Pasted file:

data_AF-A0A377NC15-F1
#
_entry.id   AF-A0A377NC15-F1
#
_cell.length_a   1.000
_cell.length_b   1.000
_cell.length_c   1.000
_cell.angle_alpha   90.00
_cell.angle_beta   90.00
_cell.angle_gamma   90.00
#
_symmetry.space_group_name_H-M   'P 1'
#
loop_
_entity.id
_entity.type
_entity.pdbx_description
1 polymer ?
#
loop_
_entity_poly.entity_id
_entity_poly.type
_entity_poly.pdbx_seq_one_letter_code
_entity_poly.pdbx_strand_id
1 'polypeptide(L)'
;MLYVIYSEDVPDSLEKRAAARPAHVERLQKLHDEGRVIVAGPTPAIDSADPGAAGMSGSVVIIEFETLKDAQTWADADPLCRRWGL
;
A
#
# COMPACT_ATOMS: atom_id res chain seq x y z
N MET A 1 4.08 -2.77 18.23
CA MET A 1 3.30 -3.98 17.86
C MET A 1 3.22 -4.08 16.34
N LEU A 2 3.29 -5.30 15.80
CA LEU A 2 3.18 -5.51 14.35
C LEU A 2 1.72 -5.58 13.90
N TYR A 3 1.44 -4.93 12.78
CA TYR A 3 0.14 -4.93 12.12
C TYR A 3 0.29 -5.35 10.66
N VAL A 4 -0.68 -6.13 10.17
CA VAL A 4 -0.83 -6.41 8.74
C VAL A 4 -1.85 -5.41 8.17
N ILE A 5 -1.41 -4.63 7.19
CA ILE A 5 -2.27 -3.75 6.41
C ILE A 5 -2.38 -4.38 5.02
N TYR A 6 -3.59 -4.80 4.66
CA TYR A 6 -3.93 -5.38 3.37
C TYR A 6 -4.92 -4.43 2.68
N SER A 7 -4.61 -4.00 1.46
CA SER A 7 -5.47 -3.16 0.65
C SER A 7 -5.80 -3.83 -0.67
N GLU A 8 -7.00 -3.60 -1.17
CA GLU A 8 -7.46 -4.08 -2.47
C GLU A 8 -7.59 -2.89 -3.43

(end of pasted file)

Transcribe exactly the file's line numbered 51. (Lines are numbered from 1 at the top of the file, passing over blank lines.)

C SER A 7 -5.80 -3.83 -0.67